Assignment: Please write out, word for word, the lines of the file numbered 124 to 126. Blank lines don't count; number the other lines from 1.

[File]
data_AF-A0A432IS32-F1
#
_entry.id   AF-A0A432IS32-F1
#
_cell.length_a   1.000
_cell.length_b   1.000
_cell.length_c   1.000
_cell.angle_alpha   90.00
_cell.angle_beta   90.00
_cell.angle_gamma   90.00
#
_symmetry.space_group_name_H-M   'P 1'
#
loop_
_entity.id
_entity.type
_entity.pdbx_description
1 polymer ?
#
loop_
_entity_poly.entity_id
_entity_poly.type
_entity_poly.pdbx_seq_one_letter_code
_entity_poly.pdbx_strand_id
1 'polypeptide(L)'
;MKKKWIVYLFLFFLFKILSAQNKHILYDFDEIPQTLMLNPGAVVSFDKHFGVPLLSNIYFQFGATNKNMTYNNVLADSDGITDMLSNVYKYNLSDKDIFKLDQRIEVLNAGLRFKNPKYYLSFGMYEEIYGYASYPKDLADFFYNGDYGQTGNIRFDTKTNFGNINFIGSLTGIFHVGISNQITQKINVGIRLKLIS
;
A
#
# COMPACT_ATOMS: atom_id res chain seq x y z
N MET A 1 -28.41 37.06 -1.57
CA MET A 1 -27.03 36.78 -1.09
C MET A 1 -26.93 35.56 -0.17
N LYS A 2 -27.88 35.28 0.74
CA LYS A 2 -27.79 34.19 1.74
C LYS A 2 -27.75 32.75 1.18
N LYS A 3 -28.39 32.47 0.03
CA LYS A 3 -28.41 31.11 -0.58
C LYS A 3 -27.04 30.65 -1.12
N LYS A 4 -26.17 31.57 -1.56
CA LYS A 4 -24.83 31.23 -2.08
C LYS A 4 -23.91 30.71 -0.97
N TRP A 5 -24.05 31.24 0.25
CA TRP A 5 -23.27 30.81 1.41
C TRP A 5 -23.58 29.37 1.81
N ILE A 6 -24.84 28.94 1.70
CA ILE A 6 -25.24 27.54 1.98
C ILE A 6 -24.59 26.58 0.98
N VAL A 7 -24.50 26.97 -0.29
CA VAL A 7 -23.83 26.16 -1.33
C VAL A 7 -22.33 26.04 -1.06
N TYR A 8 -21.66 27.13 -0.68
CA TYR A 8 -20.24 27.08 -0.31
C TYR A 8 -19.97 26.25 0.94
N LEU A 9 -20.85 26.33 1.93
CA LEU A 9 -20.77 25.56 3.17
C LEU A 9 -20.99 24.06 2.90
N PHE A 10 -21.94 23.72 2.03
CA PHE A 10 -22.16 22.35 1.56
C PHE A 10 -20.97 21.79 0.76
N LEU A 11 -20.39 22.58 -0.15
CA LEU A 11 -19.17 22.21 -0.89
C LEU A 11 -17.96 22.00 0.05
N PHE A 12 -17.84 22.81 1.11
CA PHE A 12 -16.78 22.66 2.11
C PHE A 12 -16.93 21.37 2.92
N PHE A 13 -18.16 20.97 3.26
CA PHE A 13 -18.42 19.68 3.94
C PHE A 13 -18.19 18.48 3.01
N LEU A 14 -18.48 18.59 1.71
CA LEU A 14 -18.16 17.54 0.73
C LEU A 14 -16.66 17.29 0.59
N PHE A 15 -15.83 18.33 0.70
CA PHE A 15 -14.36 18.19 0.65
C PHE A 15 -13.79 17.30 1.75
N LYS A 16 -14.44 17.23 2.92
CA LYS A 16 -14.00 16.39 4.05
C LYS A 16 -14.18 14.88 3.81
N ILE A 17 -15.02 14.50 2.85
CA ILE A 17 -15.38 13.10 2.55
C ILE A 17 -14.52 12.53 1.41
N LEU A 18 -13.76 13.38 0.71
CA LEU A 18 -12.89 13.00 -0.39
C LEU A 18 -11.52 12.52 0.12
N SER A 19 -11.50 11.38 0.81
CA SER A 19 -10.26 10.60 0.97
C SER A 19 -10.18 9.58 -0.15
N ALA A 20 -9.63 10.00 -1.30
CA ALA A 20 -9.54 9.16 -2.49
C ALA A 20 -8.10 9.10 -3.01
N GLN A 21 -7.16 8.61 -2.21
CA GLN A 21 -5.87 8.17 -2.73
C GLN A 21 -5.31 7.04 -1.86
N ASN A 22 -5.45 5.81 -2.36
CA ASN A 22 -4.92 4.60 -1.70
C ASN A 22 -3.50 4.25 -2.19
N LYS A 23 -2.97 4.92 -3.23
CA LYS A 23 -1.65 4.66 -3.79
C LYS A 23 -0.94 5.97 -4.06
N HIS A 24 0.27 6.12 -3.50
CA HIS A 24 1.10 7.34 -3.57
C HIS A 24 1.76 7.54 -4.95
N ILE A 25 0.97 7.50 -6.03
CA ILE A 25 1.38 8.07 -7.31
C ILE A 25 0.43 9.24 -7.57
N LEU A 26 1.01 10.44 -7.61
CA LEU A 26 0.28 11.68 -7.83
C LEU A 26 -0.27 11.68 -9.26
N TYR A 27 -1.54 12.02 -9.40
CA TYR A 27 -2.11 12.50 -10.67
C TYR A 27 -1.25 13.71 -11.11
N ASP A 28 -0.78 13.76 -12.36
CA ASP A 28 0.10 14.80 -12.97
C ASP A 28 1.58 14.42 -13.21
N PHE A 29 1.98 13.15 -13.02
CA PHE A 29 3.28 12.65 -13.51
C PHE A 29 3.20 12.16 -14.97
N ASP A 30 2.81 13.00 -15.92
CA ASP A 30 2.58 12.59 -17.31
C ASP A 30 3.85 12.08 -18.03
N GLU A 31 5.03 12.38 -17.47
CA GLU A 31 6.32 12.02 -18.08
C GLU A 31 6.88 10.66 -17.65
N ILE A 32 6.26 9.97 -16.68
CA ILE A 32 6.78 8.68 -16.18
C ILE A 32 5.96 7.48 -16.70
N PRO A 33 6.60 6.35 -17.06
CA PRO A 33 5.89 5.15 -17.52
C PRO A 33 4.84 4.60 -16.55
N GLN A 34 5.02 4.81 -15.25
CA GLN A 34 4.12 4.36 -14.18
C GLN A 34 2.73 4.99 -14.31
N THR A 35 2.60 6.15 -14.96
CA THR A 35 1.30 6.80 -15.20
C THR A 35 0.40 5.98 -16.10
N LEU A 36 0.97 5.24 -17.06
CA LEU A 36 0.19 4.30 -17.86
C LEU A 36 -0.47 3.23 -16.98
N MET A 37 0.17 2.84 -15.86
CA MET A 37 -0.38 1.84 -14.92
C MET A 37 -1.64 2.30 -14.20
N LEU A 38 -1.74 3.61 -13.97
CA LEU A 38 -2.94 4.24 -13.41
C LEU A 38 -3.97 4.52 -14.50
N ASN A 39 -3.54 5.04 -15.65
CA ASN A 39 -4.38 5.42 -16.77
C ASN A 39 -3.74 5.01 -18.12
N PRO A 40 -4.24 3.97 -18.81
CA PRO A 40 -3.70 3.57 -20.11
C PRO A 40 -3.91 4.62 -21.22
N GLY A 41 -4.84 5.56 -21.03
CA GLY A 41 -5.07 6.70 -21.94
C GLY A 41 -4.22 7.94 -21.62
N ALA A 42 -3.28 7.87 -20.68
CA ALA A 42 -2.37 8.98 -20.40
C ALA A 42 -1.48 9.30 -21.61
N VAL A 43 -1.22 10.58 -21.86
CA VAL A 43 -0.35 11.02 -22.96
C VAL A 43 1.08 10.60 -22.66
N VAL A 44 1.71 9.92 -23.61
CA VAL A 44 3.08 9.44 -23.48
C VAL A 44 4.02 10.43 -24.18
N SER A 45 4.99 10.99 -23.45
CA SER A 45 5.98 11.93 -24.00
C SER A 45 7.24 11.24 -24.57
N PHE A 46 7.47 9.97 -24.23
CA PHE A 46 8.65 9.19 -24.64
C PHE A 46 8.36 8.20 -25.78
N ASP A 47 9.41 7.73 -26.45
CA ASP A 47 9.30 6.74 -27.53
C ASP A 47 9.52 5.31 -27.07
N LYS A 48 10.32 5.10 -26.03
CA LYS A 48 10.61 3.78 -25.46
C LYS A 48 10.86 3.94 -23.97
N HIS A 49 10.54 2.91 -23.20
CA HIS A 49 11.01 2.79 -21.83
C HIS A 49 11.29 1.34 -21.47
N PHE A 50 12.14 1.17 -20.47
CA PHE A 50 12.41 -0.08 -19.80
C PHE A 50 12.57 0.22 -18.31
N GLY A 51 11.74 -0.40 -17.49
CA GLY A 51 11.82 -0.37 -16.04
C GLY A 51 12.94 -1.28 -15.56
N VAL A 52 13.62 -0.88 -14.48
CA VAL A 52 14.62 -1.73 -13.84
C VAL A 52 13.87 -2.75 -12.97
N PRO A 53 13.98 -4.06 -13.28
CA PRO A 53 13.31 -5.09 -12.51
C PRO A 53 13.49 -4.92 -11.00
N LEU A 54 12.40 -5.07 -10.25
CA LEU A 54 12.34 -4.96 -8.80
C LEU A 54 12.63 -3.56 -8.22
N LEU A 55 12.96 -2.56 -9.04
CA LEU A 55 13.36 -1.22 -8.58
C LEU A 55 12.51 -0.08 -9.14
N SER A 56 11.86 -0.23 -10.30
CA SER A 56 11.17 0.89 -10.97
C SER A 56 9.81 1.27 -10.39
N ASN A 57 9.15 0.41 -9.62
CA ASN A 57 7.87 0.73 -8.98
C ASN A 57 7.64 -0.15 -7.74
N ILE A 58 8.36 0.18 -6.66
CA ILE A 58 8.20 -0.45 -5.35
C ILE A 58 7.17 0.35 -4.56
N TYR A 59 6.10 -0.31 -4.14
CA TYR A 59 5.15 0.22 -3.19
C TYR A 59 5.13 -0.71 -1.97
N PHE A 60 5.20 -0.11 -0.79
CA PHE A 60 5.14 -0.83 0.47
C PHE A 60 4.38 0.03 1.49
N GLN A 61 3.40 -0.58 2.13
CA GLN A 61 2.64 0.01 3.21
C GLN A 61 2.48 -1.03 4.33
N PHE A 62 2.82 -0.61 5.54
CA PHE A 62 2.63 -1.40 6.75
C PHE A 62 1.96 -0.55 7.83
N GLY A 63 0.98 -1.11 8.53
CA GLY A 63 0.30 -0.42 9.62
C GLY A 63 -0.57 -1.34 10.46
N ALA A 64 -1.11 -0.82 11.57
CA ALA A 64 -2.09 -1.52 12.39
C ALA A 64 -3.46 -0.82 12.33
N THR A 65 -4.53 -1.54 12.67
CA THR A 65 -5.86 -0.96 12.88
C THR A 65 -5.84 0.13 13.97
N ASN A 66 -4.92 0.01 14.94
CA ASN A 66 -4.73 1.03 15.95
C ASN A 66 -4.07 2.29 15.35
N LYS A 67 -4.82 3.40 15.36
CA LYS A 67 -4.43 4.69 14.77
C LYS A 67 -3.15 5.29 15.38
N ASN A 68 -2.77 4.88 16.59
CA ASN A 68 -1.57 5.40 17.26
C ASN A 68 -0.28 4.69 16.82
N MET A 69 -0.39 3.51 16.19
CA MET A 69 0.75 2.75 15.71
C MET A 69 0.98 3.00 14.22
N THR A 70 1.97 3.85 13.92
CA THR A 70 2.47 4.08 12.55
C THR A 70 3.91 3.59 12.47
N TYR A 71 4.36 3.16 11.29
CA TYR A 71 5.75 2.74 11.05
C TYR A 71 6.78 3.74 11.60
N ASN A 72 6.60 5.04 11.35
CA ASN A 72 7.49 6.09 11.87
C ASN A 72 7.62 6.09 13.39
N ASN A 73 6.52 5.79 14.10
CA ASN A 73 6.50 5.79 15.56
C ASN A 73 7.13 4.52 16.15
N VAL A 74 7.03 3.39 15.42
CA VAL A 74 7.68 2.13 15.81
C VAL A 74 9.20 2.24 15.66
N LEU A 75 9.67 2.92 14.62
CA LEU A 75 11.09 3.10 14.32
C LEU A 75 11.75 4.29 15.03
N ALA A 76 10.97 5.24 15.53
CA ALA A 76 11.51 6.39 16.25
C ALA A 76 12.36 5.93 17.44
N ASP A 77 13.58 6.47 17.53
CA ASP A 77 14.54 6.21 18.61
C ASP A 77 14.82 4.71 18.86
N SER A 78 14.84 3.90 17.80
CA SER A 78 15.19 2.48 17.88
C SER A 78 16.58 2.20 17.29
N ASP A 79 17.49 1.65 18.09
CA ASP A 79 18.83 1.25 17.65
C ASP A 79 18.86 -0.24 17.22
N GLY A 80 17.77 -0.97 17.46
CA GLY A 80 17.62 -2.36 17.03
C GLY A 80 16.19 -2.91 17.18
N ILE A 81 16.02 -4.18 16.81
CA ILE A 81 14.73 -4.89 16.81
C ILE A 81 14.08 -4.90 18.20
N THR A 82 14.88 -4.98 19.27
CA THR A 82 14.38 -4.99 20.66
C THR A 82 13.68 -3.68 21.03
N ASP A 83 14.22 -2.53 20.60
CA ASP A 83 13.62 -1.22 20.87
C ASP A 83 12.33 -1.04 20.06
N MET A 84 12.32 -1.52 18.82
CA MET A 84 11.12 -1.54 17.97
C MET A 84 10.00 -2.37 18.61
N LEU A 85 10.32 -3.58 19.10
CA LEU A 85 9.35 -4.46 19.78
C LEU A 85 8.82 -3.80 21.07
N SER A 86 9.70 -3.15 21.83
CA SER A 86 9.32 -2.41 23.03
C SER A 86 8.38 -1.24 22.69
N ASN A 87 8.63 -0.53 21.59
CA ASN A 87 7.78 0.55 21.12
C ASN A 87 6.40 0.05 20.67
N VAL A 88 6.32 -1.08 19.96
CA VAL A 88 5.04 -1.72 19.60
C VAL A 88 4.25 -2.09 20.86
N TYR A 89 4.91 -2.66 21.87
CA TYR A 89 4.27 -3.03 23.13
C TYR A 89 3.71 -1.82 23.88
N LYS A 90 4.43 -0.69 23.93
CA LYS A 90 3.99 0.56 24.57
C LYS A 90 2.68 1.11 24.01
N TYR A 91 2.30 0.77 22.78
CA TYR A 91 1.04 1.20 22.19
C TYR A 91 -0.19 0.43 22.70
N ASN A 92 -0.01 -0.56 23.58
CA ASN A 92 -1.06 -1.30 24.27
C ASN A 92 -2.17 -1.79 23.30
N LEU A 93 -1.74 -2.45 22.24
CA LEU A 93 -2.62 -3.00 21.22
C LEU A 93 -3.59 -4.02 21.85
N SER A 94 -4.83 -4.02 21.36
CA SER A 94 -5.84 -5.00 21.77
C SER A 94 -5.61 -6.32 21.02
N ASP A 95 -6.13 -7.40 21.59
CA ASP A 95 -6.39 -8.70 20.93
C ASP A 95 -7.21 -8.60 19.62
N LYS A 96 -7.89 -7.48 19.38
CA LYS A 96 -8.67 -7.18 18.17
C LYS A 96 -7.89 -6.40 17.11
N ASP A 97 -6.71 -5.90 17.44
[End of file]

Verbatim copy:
N ILE A 32 6.26 9.97 -16.68
CA ILE A 32 6.78 8.68 -16.18
C ILE A 32 5.96 7.48 -16.70